California and Vermont Post Worst Losses since February as Virginia and South Dakota Add the Most; Illinois and Iowa Have Worst One-Month Job Losses, While New York and Vermont Post Biggest Gains
Only eight states and the District of Columbia have recouped the severe pandemic-induced losses of construction jobs that occurred last spring, according to an analysis by the Associated General Contractors of America of government employment data released today. Association officials warned that job losses will become even more widespread unless lawmakers promptly renew and expand the loan program that enabled firms to temporarily retain and rehire many workers.
“New spikes in coronavirus cases, along with ongoing pandemic-related costs and revenue losses, are causing ever more private owners, developers, and public agencies to delay and cancel projects,” said Ken Simonson, the association’s chief economist. “Although single-family homebuilding is gathering steam, multifamily and nonresidential construction activity has stalled, leaving large numbers of workers at risk of losing their jobs as current projects finish up with nothing on the horizon.”
Seasonally adjusted construction employment in September was lower than in February—the last month before the pandemic forced many contractors to suspend work—in 42 states, Simonson added. California lost the most construction jobs over that span (-54,900 jobs, -6.1 percent), followed by Texas (51,800 jobs, -6.5 percent). Vermont had the largest percentage loss (-24.5 percent, -3,600 jobs), followed by Iowa (-14.6 percent, -11,400 jobs).
Of the eight states added construction jobs from February to September, Virginia added the most (4,300 jobs, 2.1 percent), followed by Utah (3,800 jobs, 3.3 percent). South Dakota posted the largest percentage gain (9.4 percent, 2,300 jobs), followed by Utah.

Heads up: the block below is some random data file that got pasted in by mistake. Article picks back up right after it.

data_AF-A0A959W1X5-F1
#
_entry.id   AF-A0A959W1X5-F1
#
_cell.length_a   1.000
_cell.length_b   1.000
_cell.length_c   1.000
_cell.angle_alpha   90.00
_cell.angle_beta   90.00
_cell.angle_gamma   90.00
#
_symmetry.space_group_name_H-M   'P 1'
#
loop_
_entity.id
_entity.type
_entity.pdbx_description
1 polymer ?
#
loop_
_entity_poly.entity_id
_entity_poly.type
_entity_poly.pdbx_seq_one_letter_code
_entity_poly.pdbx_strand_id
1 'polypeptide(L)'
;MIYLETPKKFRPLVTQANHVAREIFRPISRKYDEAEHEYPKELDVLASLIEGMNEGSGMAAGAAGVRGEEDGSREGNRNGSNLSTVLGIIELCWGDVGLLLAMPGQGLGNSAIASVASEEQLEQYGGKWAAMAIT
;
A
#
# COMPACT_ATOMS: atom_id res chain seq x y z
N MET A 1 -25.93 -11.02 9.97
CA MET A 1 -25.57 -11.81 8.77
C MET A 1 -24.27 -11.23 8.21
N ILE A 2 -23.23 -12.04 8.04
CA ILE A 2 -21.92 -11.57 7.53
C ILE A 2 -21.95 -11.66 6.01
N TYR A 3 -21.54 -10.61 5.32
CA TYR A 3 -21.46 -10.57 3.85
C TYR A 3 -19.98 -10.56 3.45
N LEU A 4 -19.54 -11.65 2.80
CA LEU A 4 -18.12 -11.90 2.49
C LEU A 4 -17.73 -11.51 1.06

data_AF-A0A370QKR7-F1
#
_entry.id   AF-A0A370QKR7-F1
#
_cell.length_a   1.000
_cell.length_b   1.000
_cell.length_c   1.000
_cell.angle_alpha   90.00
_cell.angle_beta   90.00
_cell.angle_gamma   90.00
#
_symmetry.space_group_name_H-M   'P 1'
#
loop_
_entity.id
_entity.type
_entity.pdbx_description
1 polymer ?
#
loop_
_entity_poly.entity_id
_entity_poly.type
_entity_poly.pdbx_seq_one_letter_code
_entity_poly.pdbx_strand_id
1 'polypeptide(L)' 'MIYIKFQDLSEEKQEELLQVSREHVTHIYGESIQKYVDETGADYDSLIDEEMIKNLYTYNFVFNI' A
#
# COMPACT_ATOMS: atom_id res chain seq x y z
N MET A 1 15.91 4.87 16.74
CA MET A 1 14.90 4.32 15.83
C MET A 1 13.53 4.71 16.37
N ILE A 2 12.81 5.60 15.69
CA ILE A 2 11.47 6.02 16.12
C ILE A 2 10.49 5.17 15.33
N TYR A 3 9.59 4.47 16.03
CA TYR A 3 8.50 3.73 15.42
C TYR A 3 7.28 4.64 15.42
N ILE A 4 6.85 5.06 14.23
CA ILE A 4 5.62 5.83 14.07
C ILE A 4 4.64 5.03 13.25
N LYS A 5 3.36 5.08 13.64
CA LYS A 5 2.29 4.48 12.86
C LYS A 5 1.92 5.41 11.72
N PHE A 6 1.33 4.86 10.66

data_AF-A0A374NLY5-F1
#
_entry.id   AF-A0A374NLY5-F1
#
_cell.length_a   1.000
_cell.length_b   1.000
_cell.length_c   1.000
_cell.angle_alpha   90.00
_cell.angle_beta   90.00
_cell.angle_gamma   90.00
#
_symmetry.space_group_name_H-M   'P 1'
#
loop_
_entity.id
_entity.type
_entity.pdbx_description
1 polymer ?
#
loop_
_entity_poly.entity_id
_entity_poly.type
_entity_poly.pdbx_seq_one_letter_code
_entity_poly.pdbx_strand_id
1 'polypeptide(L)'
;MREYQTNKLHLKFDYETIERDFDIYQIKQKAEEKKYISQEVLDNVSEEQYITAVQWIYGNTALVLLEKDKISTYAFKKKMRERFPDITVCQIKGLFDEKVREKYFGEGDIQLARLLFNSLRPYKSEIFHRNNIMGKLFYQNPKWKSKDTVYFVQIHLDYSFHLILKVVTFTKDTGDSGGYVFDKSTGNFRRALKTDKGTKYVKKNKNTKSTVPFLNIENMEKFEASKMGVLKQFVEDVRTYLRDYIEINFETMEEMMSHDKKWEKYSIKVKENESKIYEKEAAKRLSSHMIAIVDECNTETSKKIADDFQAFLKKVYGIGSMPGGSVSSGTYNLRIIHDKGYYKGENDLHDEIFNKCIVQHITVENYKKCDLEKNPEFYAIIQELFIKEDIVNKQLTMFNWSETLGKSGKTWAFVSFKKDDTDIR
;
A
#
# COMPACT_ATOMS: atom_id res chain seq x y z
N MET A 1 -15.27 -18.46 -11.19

Construction employment decreased from August to September in 17 states, increased in 32 states, and was unchanged in Arkansas and D.C. Illinois shed the most construction jobs from August to September (-3,000 jobs or -1.4 percent), followed by Oregon (-2,600 jobs, -2.4 percent) and Iowa (-2,500 jobs, -3.6 percent). Iowa had the largest percentage decrease, followed by Oregon and New Mexico (-2.0 percent, -1,000 jobs).
New York added the most construction jobs over the month (5,300 jobs, 1.5 percent), followed by Louisiana (5,000 jobs, 4.1 percent) and Washington (4,200 jobs, 2.0 percent). Vermont had the largest percentage gain for the month (500 jobs, 4.7 percent), followed by Louisiana and New Hampshire (800 jobs, 3.0 percent).
Association officials warned that project cancellations are on the rise as new outbreaks of coronavirus across many states force many private owners and public officials to postpone or cancel planned starts. Association officials noted that the rapid adoption of Paycheck Protection Program loans last spring had enabled construction to bounce back quickly from the first round of project shutdowns and delays, and they urged lawmakers in Washington to act swiftly to extend and expand the program.
“The loans that were issued last spring saved tens of thousands of construction workers from unemployment but those funds are rapidly running out,” said Stephen E. Sandherr, the association’s chief executive officer. “Renewal of the loan program should be a top priority for any policy maker who cares about keeping the economy from backsliding.”